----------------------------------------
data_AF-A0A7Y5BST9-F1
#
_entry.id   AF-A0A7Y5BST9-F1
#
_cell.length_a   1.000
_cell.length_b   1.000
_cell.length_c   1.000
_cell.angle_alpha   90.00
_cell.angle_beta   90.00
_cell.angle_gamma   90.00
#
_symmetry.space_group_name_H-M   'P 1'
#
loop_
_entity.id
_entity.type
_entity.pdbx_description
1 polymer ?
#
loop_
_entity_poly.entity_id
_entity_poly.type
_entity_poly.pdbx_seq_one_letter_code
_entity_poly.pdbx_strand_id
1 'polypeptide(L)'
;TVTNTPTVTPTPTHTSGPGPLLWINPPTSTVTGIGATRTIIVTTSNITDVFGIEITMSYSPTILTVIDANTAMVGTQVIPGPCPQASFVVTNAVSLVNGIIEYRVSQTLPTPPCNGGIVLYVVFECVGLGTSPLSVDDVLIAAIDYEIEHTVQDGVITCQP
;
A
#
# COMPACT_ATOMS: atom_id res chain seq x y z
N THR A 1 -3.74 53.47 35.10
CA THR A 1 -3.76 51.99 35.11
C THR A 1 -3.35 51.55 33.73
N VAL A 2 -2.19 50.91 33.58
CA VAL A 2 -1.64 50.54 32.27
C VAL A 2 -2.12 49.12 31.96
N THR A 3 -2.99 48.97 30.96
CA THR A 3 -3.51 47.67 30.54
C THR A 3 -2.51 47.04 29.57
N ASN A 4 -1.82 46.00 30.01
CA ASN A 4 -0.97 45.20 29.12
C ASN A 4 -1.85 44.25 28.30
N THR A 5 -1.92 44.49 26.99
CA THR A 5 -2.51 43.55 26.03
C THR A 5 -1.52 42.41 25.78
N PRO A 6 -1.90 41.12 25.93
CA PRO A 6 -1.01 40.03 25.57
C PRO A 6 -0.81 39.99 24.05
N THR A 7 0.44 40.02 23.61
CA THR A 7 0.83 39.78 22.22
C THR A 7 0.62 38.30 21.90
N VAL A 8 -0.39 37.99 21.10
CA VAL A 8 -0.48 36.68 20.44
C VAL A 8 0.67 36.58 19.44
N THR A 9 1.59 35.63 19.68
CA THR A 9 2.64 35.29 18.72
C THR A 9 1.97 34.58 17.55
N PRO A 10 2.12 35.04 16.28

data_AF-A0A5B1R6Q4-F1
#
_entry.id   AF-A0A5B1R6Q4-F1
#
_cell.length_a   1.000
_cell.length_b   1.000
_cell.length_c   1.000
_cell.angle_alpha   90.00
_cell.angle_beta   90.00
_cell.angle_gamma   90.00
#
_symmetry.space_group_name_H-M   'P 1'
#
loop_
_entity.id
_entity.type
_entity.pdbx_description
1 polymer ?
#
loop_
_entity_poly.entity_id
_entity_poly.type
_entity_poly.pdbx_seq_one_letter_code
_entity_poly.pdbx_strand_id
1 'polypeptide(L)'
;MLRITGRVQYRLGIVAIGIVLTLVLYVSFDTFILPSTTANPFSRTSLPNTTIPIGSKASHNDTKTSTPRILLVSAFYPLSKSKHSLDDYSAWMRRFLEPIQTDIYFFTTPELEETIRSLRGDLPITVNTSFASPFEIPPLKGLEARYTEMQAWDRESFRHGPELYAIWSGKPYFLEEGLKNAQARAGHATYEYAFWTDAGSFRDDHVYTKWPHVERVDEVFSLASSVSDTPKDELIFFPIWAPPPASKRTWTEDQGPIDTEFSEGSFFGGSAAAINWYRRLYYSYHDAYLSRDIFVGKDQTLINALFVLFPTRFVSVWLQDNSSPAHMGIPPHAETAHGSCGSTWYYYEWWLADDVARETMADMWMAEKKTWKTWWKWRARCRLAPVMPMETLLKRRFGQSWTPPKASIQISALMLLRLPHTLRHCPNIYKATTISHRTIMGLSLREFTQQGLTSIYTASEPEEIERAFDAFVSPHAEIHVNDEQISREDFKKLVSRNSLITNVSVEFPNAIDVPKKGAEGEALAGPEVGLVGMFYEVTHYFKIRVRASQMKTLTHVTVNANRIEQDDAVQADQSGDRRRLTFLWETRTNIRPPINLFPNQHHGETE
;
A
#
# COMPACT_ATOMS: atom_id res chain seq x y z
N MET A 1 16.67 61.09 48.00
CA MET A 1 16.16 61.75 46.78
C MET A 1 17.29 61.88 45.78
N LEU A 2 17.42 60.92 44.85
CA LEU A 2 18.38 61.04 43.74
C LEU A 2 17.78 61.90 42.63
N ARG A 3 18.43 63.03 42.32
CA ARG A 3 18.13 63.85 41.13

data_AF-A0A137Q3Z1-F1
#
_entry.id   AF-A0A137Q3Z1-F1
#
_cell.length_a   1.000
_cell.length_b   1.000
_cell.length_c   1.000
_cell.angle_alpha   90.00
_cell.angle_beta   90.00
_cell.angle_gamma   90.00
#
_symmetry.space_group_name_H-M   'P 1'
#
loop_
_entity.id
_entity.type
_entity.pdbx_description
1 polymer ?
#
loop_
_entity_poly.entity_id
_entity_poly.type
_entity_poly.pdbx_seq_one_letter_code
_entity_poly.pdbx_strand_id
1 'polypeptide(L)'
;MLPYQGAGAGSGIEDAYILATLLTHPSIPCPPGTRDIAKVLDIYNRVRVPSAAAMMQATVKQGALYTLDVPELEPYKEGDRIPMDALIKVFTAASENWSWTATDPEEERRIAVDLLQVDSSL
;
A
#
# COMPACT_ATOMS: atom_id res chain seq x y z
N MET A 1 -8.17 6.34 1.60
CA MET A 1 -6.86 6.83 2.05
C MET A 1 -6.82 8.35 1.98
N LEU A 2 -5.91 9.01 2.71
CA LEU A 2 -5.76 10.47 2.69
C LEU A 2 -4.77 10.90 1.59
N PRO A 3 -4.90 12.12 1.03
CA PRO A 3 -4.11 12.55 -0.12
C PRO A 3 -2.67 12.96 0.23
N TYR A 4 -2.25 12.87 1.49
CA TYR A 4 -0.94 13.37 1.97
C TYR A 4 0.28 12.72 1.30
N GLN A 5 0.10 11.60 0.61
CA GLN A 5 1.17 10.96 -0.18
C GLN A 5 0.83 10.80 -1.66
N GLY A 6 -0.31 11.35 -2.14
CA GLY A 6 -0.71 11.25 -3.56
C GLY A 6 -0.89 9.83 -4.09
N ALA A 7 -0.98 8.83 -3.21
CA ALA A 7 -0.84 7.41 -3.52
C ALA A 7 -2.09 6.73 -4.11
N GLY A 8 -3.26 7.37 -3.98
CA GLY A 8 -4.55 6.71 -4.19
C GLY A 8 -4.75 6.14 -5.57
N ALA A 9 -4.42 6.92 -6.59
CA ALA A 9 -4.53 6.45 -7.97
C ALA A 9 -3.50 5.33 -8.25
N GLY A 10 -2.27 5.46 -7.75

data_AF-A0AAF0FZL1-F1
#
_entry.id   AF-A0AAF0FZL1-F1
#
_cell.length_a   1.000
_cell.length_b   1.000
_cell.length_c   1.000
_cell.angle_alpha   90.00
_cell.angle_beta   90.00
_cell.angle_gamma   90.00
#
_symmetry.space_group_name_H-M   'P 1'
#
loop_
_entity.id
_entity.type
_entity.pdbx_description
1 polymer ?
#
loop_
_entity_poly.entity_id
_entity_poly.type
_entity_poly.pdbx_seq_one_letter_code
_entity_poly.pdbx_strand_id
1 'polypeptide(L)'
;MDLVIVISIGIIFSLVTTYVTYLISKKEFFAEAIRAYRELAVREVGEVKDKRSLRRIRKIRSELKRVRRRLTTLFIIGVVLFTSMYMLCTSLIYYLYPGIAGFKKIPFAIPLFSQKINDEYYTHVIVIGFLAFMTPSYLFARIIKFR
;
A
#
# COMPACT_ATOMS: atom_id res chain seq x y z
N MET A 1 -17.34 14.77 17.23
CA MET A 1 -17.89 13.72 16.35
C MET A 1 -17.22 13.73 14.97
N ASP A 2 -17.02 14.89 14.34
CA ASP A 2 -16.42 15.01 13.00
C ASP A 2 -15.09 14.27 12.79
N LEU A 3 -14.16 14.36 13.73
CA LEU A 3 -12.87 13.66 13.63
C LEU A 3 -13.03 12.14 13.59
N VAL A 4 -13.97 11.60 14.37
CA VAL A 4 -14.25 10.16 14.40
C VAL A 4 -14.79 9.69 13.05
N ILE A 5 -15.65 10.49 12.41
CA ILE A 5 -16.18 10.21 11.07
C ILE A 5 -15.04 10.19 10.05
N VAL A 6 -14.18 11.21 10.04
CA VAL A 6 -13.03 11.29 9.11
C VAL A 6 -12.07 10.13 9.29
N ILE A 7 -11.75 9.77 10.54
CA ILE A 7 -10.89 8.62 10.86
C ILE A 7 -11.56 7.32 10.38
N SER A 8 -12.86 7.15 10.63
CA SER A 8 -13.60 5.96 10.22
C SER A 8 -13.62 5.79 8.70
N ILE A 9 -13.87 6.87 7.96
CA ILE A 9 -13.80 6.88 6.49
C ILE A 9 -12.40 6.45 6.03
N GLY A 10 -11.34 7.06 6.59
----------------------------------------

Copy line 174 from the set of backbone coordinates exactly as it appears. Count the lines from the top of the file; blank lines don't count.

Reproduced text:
loop_